Ghana confirms the first case of the deadly Marburg virus

Ghana confirms the first case of the deadly Marburg virus

Marburg virus was first discovered in Marburg, Germany, in 1967

Ghana confirmed the first two cases of the deadly Marburg virus, highly contagious disease in the same family as this virus causes Ebola.

She says both patients recently died in a hospital in the southern Ashanti region.

Their samples returned positive earlier this month and have now been verified by a laboratory in Senegal.

Health officials in the West African country say 98 people are now under quarantine as suspected contact cases.

There is no cure for Marburg yet - but doctors say drinking plenty of water and treating specific symptoms improve a patient's chances of survival.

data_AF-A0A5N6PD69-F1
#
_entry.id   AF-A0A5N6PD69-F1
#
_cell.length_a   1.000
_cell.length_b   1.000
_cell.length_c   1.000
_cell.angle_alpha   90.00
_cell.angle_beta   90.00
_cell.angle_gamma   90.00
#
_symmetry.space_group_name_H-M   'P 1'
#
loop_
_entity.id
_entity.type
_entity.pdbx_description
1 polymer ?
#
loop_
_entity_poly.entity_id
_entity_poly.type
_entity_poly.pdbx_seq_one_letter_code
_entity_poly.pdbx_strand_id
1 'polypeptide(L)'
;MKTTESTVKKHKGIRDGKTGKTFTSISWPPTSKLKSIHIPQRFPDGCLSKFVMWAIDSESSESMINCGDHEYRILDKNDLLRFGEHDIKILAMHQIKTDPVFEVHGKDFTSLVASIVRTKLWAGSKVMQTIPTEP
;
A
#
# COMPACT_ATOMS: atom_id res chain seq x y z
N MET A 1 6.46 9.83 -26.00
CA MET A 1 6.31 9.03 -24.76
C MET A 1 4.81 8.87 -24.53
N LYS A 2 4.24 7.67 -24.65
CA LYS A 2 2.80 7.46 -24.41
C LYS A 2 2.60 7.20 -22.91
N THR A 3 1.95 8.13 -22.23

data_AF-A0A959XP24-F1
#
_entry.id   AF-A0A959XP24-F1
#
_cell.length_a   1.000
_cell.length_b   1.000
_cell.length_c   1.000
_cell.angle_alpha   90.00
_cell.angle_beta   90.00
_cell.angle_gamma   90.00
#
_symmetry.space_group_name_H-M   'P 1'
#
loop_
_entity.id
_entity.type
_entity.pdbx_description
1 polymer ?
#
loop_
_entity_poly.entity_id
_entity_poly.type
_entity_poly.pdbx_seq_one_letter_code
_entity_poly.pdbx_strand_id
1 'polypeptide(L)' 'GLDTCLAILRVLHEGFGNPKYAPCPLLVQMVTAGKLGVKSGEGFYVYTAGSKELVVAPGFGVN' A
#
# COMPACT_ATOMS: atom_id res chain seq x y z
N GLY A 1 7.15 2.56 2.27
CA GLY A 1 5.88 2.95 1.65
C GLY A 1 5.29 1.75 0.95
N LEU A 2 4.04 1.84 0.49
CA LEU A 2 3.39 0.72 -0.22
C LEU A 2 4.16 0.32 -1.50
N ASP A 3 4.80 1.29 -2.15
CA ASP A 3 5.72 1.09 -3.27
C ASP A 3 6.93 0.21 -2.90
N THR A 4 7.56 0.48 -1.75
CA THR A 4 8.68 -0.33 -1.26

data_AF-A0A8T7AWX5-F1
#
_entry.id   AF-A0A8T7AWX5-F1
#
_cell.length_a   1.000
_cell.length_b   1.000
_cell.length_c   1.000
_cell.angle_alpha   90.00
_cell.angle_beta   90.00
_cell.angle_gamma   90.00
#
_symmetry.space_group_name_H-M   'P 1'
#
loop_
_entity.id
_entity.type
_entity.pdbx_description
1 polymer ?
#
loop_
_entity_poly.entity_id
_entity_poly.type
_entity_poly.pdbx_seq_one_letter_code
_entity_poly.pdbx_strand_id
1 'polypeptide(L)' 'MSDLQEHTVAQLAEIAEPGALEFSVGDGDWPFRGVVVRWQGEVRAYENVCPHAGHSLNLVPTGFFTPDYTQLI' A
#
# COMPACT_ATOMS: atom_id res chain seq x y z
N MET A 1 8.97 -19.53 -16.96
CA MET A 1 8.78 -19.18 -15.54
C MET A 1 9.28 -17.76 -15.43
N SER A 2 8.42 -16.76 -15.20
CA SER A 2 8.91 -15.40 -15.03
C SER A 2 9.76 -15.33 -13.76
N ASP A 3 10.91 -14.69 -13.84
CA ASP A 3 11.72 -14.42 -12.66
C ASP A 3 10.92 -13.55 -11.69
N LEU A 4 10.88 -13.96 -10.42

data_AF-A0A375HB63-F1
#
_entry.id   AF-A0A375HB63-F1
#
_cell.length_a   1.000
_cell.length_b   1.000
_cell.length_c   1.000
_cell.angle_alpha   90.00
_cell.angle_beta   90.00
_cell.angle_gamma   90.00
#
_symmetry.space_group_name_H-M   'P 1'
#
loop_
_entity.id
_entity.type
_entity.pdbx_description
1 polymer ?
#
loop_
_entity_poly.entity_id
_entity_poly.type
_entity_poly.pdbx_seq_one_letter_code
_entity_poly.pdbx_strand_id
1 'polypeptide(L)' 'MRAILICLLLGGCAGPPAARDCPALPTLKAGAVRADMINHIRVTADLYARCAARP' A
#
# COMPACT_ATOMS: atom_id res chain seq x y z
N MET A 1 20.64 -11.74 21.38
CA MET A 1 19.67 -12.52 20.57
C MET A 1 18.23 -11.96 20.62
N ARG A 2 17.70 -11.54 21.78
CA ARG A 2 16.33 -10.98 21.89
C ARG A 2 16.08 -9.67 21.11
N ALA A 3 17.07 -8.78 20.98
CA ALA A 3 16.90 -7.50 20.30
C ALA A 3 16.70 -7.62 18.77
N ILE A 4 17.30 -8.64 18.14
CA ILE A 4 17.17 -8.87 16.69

The doctors said that virus is transmitted to humans from fruit bats and spreads among humans through the transmission of bodily fluids.

It is a serious, often fatal illness, with symptoms including headache, fever, muscle aches, bloody vomiting, and bleeding.

Officials warn people to stay away from caves and to cook all meat products thoroughly before eating them.

The World Health Organization says sporadic outbreaks and cases have been reported in Africa in Angola, Congo, Kenya, South Africa, and Uganda. 

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